Meghan Daum. Open City (PGW, dist.), $14 paper (180p) ISBN 1-890447-26-9

Essay lovers can take heart. There's a new voice in the fray, and it belongs to a talented young writer. In this collection of (largely previously published) on-target analyses of American culture, Daum offers the disapproval of youth, leavened with pithy humor and harsh self-appraisal . In each essay, she sustains interest with a good story and pricks the reader's conscience with observations that reverberate personally, whether about the secret desires of Christian women or the stunning ease of accumulating debt while existing unluxuriously in New York City. Publishing veterans will be amused and chagrined to see their profession skewered in "Publishing and Other Near-Death Experiences"; and for a hard take on one's responsibility for mourning, there is the book's best work, "Variation on Grief." Daum's decidedly agnostic outlook sometimes makes for easy moral outs, and time may render her phrasings cute. While her main premise that many Americans live "not actual lives but simulations of lives... via the trinkets on our shelves" leaves room for disagreement, on the whole, readers will enjoy an edgy read. (Mar. 15)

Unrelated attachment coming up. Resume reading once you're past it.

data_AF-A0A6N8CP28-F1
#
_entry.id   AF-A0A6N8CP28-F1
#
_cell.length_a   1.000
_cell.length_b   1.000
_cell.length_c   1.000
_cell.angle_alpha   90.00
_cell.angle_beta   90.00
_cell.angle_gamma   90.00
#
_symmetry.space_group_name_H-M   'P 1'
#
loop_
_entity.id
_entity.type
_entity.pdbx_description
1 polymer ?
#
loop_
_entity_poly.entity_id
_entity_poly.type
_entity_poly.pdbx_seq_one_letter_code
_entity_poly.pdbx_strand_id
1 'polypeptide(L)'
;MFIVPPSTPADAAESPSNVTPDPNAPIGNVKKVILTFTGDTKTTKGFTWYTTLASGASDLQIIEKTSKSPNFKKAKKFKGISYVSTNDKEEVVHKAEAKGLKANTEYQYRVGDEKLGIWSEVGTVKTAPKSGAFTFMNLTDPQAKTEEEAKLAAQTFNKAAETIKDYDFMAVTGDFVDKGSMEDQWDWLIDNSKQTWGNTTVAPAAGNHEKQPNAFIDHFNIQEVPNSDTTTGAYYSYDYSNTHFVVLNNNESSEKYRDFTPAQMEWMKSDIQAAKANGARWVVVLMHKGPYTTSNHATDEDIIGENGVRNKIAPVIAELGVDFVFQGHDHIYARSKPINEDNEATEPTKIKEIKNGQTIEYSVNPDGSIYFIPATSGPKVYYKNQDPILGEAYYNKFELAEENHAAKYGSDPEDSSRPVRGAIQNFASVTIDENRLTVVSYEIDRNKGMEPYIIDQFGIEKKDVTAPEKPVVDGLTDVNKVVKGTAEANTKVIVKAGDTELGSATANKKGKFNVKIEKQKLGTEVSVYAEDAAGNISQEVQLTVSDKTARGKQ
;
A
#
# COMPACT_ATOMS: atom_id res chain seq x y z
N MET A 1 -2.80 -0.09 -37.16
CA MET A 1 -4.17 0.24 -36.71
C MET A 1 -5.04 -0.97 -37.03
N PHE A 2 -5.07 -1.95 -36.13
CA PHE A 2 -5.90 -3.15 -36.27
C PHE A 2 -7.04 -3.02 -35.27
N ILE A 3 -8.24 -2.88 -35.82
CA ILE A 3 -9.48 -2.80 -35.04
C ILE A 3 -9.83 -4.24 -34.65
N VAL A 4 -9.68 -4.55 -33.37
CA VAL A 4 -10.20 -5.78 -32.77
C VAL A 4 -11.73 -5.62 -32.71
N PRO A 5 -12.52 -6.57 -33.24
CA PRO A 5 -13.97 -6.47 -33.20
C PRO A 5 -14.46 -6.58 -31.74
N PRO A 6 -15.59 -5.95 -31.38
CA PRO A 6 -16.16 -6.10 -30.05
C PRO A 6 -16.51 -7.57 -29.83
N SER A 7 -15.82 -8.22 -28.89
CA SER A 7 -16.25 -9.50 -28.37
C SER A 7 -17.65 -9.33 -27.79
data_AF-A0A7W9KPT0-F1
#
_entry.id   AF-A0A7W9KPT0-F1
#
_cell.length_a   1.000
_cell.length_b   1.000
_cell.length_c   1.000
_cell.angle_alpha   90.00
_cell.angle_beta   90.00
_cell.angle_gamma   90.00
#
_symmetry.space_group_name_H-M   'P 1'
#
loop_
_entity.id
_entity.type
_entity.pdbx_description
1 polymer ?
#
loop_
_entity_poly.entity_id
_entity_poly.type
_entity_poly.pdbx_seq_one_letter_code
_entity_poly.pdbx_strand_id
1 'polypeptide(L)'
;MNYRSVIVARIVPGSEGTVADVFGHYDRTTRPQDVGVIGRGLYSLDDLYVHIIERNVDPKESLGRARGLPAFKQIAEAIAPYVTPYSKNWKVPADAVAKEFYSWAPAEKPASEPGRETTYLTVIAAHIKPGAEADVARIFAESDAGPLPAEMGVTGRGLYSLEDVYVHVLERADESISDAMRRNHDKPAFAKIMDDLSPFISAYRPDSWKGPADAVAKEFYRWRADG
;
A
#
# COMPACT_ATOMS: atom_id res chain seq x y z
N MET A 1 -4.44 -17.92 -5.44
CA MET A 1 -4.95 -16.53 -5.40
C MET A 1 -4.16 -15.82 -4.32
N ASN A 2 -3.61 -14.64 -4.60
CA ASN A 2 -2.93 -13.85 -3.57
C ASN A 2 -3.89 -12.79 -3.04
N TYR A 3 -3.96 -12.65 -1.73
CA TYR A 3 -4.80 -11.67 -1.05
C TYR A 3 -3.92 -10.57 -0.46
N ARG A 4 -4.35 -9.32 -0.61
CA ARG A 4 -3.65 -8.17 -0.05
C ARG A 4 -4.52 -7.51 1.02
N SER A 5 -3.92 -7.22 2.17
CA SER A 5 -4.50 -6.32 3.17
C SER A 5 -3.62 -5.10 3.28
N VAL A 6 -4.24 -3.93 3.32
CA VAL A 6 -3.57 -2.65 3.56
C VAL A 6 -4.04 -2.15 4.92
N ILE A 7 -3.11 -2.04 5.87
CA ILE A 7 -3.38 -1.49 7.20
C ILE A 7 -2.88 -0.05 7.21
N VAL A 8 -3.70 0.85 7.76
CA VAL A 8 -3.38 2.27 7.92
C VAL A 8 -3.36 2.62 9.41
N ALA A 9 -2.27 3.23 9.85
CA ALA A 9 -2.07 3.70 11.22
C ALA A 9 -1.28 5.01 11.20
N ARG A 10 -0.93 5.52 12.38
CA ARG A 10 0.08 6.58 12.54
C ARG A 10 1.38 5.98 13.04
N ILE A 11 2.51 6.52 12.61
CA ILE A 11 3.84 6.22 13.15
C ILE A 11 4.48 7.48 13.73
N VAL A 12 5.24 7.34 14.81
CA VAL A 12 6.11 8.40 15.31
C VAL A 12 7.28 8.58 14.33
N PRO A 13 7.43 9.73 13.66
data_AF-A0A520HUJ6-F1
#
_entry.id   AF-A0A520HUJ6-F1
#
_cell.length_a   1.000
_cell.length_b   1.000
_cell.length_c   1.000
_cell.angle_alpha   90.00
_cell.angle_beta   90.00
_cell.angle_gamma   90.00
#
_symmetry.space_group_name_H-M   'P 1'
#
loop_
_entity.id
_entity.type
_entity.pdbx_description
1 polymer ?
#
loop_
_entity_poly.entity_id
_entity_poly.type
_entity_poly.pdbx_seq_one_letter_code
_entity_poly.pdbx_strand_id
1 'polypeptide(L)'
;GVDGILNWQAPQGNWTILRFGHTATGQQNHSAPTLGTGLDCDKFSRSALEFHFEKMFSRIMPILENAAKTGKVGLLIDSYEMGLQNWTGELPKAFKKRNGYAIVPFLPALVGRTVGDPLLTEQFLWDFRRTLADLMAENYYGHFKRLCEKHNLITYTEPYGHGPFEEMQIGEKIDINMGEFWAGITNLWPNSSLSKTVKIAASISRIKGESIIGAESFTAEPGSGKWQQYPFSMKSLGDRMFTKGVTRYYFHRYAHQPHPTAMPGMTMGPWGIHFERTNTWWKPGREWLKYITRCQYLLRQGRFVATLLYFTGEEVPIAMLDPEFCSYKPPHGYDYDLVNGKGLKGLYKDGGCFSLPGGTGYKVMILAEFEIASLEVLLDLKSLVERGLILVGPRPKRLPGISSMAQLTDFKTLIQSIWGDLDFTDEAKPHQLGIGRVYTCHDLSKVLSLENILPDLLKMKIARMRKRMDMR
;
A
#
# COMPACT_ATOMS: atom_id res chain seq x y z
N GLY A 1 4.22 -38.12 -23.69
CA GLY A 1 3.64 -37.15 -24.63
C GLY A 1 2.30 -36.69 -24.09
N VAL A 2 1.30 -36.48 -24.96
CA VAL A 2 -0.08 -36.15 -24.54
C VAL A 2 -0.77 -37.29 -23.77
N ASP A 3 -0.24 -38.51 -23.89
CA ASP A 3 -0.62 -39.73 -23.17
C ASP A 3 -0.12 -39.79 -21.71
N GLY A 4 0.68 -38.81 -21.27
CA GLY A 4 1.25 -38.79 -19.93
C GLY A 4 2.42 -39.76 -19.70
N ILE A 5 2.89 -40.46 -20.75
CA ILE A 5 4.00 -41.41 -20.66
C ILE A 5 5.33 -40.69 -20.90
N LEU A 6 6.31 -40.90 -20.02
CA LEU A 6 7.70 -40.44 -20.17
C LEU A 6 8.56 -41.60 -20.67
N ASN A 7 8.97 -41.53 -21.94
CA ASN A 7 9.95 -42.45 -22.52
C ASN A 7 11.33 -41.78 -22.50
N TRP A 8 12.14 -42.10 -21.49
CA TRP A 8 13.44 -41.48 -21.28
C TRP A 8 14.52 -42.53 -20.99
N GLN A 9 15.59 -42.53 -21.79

Forecast:Daum's pieces have appeared in traditional magazines like the New Yorker, as well as in cutting-edge venues like Nerve, and have earned her a considerable reputation as a sharp Gen-X voice. Review attention and good word-of-mouth should earn this book brisk sales.